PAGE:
Voice of the Infant: best practice guidelines and infant pledge

Co-produced by a short-life working group, on behalf of the Infant Mental Health Implementation and Advisory Group, which is part of the Scottish Government’s Perinatal and Infant Mental Health Programme Board.

Key Messages for Best Practice: 3

Facilitating Infant Participation


In clinical and early years settings, the baby has an immediate audience, and it is important that communications do not go unnoticed. The baby should be actively listened to. Professionals should acknowledge what they are seeing and hearing both to the baby and to their carer. This can be done in words that make sense to the adults or older children. Words should also be directly spoken to the infant who is more likely to understand the communication via the tone, facial expressions and movement that accompanies them. Through our words and body language, we let babies know that we are listening to them.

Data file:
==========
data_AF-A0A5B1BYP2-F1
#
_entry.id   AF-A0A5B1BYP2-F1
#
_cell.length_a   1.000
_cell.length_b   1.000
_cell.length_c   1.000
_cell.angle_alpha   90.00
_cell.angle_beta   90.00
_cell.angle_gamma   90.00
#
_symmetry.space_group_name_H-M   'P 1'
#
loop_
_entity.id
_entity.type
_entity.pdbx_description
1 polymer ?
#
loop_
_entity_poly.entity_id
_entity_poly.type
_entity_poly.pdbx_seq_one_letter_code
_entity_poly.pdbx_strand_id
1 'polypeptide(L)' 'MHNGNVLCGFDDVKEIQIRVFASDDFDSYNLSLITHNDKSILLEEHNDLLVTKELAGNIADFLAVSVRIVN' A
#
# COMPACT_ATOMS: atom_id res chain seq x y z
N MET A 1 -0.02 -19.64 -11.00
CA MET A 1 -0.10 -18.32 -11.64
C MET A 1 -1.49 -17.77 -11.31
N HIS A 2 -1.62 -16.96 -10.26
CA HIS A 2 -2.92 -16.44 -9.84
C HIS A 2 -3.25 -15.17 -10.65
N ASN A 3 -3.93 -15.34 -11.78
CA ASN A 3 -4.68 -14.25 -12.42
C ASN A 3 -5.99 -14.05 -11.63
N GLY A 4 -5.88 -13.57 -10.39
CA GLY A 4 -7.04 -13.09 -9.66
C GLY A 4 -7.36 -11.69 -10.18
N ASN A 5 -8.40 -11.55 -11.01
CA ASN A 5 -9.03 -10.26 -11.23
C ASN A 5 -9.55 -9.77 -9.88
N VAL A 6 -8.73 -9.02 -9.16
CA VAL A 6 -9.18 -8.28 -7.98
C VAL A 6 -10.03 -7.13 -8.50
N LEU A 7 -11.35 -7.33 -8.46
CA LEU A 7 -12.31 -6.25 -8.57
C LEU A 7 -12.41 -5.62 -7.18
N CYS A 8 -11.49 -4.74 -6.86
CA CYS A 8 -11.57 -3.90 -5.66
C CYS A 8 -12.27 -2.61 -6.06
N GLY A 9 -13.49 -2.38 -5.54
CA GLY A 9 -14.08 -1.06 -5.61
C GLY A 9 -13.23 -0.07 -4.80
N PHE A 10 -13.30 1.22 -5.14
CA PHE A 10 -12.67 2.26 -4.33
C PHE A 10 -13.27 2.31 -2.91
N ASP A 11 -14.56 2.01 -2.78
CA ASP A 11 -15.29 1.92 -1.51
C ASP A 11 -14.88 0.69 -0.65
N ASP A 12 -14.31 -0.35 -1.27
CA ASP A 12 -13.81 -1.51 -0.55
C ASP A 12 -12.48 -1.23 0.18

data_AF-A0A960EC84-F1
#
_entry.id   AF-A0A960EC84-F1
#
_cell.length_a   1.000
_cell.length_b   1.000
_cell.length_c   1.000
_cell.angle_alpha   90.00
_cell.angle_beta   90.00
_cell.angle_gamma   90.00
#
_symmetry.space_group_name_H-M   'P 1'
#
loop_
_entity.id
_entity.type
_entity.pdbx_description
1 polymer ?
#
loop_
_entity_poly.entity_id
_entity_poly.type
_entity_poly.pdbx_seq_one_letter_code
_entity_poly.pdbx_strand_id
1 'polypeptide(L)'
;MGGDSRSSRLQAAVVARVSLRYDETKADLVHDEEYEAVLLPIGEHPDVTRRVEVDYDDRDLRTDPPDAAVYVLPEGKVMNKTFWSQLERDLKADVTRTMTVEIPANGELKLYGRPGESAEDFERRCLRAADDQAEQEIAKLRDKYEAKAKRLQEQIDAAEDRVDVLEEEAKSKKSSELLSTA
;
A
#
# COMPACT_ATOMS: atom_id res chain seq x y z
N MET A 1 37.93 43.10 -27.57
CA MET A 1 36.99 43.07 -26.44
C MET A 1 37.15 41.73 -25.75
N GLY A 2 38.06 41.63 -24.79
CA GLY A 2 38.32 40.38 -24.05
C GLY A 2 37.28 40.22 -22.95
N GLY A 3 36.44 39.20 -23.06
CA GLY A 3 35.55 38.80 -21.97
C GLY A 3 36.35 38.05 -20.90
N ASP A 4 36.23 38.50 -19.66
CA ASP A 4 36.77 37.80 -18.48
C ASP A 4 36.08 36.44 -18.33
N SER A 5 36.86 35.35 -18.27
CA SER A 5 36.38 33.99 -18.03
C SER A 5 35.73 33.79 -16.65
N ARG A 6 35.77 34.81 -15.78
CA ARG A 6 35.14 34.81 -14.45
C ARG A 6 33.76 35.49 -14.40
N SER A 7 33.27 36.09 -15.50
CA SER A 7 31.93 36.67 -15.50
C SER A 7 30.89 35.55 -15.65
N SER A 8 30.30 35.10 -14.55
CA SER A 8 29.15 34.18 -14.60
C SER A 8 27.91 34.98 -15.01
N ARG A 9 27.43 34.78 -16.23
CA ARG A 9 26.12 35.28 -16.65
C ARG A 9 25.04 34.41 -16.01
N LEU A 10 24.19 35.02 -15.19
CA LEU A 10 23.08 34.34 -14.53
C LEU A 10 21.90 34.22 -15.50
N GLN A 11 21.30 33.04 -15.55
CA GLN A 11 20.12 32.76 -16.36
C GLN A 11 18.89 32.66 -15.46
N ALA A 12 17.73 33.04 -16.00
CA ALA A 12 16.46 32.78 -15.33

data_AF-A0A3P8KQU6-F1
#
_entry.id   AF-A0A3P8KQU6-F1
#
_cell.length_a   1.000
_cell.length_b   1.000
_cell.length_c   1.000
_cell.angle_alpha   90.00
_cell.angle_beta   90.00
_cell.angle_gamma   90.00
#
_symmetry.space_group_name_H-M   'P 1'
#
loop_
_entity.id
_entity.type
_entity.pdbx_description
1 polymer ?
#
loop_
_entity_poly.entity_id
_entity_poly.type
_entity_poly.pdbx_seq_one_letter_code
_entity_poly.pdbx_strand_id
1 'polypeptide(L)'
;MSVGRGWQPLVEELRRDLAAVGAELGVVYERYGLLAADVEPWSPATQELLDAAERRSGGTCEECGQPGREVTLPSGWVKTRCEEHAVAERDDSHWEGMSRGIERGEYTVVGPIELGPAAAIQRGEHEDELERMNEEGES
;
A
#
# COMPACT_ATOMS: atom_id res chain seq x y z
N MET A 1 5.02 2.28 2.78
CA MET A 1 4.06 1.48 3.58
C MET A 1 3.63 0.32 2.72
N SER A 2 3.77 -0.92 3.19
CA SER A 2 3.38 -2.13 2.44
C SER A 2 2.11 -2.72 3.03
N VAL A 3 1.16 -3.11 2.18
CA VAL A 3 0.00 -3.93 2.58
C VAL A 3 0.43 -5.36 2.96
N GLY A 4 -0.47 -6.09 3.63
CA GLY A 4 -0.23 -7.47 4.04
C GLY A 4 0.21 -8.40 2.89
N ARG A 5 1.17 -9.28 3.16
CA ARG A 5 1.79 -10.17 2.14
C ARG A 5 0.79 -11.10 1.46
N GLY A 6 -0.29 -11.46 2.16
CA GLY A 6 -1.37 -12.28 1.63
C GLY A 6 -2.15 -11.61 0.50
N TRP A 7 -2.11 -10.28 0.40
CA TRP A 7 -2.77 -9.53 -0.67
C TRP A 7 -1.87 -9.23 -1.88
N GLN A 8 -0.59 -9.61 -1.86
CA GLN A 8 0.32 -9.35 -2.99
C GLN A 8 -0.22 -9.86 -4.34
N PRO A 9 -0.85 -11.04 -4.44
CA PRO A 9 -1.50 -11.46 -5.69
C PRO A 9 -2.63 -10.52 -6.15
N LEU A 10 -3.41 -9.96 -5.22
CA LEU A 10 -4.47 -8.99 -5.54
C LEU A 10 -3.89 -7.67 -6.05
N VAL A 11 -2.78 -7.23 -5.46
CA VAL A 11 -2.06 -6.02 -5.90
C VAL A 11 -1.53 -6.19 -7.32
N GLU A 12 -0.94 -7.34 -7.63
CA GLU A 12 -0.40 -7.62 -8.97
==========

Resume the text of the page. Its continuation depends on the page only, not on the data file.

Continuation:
Audience also refers to the wider notion that everyone has a duty to respond to and share what has been learned from the baby. At a very basic level, they may let us know that the environment is unsuitable or not ideal. For example, they may cover their ears or cry if they find the room too noisy. We must take note of and act on their feedback.

Modelling to others that we value and take account of what babies tell us can be done when we meet babies and their caregivers. In clinical work, this may be followed up and reflected in our correspondence with others in each baby's network of professionals and with their parents and carers.

Further, the experiences of babies and what we learn from them about what is important should inform the development of policy and practice. Services and organisations may not have previously considered barriers to and facilitation of infant participation. Where services are routinely working with infants, explicit review is encouraged to overcome issues impeding infant access and inclusion. They should be co-producers of our services, contributing their views to design and implementation. This requires a mechanism whereby their input is formally presented to and evaluated by managers who are responsible for service development and ongoing improvement. This is discussed further in the next section (Influence).


Email: pimh@gov.scot

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